The GAO’s report found that last year active duty troops waited nearly 400 days for evaluations, longer for National Guard and Reserve.Further Murray says she’s concerned about the evaluation process itself known as IDES which can have the effect of seeming to pit commanders against soldiers.

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The Two-Way
3:32 pm
Wed May 23, 2012

In Egypt, First Day Of Voting 'Seemed Remarkably Routine'

Two women show their inked fingers after casting their votes on the first day of the Presidential election at a polling center in Old Cairo, Egypt, on Wednesday.
Fredrik Persson AP

Originally published on Wed May 23, 2012 3:34 pm

Polls have closed on a historic day in Egypt: For many it was the first time they had a say in who their leader will be. Hosni Mubarak, who ruled the country for 29 years, was ousted last year. And before him, for another 30 or so years, Egyptian presidents have run unopposed.

Kimberly Adams was at the polls in Cairo today for NPR. She filed this report for our Newscast unit:

"Many waited in line for hours to choose the replacement for President Hosni Mubarak, who was booted from office during the Arab Spring.

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Business
3:29 pm
Wed May 23, 2012

Investors Question Fairness Of Facebook IPO

Originally published on Wed May 23, 2012 4:22 pm

Shares of Facebook on Wednesday made up a little of the ground they've lost since the company's troubled stock offering last week. But the company and its lead underwriter, Morgan Stanley, still face a lot of legal problems.

Some of the investors who bought shares of the company filed a lawsuit alleging that the two companies concealed information about Facebook's expected performance.

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Shots - Health Blog
2:27 pm
Wed May 23, 2012

By Putting Patients First, Hospital Tries To Make Care More Personal

Patient Bob Berquist with Gregory Wagner, a doctor in the emergency department. Berquist, who volunteers at Fauquier Hospital, was admitted for low blood sugar when another nurse noticed he seemed dizzy.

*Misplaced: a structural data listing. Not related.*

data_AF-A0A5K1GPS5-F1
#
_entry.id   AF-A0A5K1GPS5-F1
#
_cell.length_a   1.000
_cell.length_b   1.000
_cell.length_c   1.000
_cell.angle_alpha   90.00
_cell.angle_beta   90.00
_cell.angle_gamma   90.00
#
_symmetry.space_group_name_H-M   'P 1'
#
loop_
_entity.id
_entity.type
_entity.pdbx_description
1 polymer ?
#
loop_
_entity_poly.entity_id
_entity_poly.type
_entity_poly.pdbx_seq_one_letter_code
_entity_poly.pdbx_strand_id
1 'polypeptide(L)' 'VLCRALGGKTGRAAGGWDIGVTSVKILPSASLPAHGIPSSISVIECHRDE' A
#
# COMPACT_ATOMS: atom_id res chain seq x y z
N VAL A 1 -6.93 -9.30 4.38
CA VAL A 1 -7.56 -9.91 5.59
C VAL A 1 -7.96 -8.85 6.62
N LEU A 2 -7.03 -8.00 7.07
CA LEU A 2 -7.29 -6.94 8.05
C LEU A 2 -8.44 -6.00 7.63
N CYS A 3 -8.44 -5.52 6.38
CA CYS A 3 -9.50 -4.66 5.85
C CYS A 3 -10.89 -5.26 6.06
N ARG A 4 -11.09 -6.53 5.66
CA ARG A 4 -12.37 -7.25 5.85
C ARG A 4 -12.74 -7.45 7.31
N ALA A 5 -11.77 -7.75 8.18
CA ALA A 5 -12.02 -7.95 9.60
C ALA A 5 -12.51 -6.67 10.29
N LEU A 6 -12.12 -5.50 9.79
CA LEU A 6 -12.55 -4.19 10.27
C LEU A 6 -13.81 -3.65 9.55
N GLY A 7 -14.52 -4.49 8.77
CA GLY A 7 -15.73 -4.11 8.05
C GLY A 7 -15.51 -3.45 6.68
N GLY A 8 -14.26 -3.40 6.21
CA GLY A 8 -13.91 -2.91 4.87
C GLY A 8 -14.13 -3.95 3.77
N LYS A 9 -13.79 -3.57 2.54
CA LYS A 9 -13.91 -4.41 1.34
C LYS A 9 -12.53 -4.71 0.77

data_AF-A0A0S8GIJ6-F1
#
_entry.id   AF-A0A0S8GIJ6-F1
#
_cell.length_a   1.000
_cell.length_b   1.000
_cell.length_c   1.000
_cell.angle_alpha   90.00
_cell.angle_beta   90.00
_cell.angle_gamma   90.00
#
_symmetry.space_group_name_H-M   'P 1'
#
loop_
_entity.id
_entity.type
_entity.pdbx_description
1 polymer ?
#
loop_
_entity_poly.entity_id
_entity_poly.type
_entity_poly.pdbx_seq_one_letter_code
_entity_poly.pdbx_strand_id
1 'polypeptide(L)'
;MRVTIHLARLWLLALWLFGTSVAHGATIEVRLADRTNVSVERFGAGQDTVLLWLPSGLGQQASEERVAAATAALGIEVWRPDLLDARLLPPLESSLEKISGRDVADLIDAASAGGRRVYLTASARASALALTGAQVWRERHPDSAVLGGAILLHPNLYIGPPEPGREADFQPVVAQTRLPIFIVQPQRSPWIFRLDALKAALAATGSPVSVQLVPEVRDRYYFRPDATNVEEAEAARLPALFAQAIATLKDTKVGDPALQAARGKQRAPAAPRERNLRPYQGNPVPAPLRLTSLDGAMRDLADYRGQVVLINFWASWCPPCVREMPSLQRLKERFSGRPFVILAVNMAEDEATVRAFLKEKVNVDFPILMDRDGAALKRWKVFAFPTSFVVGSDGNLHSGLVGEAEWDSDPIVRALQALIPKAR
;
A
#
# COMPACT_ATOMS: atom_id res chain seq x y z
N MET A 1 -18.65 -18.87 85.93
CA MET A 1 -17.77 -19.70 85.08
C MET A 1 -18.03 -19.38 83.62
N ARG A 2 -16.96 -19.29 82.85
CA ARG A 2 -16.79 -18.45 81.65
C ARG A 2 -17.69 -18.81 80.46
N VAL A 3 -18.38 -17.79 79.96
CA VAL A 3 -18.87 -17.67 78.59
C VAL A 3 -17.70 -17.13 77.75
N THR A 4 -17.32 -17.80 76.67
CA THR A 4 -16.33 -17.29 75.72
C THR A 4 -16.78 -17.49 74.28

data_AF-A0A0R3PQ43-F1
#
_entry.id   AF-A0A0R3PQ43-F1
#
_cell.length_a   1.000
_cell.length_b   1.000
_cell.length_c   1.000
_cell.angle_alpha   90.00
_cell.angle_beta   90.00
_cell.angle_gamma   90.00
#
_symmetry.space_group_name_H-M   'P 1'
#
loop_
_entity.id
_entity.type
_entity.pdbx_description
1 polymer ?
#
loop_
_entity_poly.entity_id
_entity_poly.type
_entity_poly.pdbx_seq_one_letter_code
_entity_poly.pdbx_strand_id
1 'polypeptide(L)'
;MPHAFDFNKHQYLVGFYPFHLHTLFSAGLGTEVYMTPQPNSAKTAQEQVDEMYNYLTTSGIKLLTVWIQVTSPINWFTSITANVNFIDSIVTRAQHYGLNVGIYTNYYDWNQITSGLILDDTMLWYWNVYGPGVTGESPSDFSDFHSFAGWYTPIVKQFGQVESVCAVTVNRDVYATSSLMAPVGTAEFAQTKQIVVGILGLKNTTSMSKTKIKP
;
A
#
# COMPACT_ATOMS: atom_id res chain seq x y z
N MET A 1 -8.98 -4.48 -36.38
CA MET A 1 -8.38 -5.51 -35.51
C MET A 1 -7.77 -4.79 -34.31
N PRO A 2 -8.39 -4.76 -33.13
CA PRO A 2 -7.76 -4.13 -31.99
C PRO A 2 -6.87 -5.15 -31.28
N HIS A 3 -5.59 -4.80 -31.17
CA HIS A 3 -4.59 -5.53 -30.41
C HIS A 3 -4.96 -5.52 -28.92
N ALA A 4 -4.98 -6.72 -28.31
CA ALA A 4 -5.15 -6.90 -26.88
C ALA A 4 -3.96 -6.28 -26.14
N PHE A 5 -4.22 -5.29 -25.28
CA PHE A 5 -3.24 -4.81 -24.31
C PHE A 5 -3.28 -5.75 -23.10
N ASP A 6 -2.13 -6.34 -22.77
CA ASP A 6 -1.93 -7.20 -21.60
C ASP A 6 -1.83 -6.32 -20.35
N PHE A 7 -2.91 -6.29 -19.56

John Rose NPR

Originally published on Wed May 23, 2012 4:22 pm

No one likes to go to the hospital.

But some hospitals around the nation are trying to make their patients' stays a little less unpleasant.

They're members of an organization called Planetree, which was founded by a patient named Angelica Thieriot, who had a not-so-good hospital experience back in the 1970s.

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The Two-Way
2:19 pm
Wed May 23, 2012

Beijing Imposes 'Two-Fly' Rule For Public Restrooms

A worker cleans a public bathroom in Beijing. New rules require that public restrooms in the Chinese capital have no more than two flies in them.
Greg Baker AP

Officials in Beijing have ruled that public restrooms in the Chinese capital can have no more than two flies in them at one time, the BBC reports.

New rules issued Monday by the Beijing Municipal Commission of City Administration and Environment also regulate ads within the bathrooms and state that no more than two pieces of trash can be left uncollected for more than a half-hour.

The rules apply to bathrooms in tourist spots such as parks, railway stations, supermarkets and malls.

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The Two-Way
2:03 pm
Wed May 23, 2012

British TV Presenter: CNN's Piers Morgan Showed Me How To Hack

CNN's Piers Morgan arrives at the inaugural BAFTA Brits to Watch 2011 event at the Belasco Theater in Los Angeles.
Chris Pizzello AP

Originally published on Wed May 23, 2012 2:05 pm

CNN host Piers Morgan has been dragged into the U.K.'s hacking scandal once again.

This time, the host of the BBC's Newsnight told a media ethics inquiry that Morgan had showed him how to hack into a cell phone's voice mail.

SkyTV reports that Jeremy Paxman remembered a lunch from September 2002 for two reasons: First because Morgan seemed to imply that he had heard a conversation between another TV presenter Ulrika Jonsson and England football manager Sven-Goran Eriksson.